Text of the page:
The standard view of psychotherapy as a treatment for mental disorders can obscure how therapy functions as a social practice that promotes conceptions of human well-being. Building on the philosophy of Charles Taylor, Smith examines the link between therapy and ethics, and the roots of therapeutic aims in modern Western ideas about living well.

This is one of two complementary volumes (the other being Therapeutic Ethics in Context and in Dialogue). This volume explores the links between therapeutic aims and conceptions of well-being. It examines several cognitive-behavioral and psychoanalytic therapies to illustrate how they can be distinguished by their divergent ethics. Smith argues that because research utilizing standard measures of efficacy shows little difference between the therapies, the assessment of their relative merits must include evaluation of their distinct ethical visions.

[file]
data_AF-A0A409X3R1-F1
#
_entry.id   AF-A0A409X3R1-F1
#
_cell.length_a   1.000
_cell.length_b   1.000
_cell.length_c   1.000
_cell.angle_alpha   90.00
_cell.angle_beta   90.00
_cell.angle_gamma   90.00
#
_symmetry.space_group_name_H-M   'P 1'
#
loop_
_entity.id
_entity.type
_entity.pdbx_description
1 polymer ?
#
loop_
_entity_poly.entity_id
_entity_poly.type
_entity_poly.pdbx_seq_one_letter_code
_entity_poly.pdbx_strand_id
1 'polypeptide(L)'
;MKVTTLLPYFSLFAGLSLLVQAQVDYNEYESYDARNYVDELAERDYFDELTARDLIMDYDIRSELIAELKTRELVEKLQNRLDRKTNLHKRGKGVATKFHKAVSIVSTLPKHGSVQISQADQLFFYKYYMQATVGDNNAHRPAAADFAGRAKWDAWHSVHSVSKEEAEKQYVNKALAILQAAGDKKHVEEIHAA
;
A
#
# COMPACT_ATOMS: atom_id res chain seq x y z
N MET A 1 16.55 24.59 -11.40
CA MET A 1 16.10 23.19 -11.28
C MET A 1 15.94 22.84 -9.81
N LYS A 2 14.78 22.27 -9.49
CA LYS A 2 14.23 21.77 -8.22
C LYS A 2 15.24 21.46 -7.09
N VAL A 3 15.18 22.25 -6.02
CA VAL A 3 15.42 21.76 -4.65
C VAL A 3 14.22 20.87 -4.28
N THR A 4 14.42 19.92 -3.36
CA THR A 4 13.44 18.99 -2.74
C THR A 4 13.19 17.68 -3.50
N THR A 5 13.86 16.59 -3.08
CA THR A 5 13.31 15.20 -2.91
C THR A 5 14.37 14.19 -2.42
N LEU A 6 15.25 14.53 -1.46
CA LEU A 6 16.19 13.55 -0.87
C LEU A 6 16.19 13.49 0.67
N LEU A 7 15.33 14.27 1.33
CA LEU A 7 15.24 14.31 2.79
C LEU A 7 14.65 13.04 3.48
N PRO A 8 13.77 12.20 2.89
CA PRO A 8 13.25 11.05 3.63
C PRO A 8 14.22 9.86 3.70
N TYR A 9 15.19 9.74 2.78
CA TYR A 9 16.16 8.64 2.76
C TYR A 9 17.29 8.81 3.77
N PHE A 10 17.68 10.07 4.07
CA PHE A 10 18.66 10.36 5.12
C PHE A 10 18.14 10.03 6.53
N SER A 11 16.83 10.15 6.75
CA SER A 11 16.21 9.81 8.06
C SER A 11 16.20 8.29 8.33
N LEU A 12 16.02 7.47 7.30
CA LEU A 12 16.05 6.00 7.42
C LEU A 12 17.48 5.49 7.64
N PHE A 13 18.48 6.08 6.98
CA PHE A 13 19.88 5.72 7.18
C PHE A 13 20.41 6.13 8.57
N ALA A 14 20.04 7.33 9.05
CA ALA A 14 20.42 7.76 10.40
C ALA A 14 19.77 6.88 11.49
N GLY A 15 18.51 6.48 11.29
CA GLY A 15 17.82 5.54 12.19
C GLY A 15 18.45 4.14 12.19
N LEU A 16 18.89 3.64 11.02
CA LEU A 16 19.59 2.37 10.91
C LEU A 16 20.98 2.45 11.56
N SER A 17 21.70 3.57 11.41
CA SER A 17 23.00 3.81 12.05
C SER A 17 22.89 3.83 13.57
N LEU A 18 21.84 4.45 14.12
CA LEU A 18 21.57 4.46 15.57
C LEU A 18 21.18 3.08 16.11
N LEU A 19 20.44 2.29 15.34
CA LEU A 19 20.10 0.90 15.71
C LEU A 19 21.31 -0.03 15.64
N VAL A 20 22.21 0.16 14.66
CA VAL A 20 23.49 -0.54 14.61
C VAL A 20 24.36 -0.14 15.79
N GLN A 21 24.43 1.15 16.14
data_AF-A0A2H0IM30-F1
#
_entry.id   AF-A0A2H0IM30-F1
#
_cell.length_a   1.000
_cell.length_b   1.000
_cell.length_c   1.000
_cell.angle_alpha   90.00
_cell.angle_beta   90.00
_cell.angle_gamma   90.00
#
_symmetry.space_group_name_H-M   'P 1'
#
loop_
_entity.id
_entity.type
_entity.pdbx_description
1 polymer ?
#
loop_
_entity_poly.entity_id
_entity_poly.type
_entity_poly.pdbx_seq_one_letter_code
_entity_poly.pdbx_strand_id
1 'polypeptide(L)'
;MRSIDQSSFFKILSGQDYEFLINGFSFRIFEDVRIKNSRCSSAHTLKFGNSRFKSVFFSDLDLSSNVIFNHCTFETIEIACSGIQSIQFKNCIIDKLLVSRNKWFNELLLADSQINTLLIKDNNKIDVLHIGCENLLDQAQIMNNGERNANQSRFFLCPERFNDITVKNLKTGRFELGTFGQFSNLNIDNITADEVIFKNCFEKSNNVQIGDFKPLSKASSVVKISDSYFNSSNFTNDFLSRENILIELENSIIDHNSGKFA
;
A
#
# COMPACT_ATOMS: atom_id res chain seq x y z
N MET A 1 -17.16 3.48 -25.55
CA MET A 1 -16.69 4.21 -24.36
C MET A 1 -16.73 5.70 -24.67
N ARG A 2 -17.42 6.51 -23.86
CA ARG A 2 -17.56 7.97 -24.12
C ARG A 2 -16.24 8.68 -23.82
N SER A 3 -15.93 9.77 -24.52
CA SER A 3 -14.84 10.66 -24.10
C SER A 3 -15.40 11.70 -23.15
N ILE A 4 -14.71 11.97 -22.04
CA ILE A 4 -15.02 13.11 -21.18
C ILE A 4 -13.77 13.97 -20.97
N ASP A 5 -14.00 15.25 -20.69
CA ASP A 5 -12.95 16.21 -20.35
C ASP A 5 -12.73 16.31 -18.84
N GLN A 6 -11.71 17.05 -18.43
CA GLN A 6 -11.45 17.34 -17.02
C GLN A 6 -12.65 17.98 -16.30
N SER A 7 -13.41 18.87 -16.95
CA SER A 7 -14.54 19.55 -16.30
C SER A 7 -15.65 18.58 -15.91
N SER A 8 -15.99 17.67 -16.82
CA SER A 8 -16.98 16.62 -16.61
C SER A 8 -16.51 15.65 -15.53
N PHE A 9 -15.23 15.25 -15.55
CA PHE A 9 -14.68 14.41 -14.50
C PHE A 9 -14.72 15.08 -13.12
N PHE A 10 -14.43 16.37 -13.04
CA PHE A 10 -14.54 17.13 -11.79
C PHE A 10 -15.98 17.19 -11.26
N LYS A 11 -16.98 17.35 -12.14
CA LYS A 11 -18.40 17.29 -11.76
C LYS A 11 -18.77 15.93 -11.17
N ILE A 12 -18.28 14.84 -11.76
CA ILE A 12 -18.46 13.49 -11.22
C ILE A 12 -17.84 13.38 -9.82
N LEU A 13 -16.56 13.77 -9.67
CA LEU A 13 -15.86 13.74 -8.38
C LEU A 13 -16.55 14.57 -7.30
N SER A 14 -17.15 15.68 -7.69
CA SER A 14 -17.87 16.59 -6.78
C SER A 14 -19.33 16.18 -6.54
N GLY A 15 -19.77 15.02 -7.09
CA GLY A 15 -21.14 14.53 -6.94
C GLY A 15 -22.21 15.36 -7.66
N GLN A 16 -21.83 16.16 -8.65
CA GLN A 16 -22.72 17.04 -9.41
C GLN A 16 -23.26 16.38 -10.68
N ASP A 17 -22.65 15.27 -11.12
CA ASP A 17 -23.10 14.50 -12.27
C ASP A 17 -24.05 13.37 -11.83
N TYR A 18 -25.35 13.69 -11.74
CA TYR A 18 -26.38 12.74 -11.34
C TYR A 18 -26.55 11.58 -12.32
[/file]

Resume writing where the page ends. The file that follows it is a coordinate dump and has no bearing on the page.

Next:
A key text for upper level undergraduates, postgraduate students, and professionals in the fields of psychotherapy, psychoanalysis, theoretical psychology, and philosophy of mind.

chapter 1|4 pages


The Means and Ends of Therapy

chapter 2|23 pages

The Ethics of Therapeutic Aims

chapter 4|23 pages

Different Therapies, Different Ethics

The Example of Psychoanalysis

chapter 5|24 pages

Psychotherapy Research

From Effective Techniques to Ethical Aspirations

chapter 6|3 pages


What Works? What Matters?